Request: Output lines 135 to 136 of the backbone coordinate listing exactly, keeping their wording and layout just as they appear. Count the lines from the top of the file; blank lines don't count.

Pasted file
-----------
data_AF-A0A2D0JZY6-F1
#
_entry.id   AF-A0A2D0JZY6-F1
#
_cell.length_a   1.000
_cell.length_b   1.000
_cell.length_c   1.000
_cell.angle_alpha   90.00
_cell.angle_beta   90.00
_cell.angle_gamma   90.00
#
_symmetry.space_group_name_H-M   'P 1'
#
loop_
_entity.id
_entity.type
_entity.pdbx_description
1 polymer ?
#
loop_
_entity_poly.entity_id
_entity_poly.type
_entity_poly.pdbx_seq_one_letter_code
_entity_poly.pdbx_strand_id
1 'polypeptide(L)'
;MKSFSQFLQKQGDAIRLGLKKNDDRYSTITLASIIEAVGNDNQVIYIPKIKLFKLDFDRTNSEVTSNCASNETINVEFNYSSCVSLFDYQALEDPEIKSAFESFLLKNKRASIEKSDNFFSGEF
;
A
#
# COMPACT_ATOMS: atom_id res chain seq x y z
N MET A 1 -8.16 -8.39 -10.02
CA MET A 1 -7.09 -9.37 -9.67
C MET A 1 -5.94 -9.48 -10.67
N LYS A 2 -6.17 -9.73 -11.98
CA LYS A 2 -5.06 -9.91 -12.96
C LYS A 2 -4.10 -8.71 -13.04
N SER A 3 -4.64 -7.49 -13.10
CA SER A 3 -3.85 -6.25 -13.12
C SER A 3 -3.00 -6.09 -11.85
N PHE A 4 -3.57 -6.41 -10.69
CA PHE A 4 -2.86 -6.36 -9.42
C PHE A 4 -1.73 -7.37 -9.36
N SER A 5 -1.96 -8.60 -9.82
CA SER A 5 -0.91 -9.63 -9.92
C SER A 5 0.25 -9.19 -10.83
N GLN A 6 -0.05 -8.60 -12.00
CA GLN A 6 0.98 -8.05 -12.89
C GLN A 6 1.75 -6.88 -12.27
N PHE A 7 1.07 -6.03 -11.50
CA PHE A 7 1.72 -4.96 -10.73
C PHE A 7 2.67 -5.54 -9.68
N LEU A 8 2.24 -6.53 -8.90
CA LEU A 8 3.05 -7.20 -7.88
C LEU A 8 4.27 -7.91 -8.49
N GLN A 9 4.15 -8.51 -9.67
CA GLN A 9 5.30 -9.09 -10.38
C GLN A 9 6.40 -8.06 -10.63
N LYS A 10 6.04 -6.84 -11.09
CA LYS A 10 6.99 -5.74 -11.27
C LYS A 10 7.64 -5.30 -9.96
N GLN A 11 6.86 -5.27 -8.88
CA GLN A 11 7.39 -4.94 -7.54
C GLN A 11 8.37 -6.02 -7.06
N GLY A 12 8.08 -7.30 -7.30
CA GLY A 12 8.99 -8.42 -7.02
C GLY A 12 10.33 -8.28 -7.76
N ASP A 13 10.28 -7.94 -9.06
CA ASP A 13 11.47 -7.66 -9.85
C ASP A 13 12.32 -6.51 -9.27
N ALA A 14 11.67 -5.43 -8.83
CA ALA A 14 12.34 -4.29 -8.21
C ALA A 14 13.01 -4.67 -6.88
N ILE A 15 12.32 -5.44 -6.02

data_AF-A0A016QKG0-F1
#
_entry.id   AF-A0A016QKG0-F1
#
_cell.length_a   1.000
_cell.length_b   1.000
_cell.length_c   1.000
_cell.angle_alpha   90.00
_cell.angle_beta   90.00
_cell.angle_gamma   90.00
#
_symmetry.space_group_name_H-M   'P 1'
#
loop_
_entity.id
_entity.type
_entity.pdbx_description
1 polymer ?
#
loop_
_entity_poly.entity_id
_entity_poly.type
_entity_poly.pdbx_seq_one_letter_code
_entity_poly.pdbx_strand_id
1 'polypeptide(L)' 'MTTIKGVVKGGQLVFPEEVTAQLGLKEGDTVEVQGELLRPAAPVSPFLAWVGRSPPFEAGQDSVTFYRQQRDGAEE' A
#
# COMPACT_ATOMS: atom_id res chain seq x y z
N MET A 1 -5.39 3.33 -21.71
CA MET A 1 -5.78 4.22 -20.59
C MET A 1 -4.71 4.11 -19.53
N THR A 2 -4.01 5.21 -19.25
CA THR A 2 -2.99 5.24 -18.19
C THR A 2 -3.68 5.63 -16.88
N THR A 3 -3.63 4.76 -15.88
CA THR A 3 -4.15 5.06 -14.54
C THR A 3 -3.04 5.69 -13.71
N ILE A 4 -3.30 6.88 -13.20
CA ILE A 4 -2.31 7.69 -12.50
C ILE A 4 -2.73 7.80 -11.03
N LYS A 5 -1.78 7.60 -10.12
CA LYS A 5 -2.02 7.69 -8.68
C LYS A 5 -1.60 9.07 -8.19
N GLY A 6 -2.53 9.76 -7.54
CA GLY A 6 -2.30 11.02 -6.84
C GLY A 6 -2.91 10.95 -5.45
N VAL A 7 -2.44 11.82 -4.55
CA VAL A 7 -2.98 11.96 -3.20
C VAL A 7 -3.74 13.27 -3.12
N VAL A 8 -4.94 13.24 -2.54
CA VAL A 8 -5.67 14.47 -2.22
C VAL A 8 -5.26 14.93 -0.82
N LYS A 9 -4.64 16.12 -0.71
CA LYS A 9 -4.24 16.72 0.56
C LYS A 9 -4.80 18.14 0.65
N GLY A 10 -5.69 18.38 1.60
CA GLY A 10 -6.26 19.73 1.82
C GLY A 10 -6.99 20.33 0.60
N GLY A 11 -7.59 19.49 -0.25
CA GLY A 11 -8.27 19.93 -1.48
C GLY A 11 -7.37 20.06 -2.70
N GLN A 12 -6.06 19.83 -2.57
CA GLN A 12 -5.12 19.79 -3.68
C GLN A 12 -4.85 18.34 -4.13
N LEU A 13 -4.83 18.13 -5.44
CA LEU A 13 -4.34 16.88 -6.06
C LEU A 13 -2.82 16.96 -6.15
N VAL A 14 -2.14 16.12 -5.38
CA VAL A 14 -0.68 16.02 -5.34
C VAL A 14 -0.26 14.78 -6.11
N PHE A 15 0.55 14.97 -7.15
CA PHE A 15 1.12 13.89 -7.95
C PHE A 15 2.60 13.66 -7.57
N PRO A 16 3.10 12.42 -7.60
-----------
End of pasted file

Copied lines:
CA GLN A 12 -5.12 19.79 -3.68
C GLN A 12 -4.85 18.34 -4.13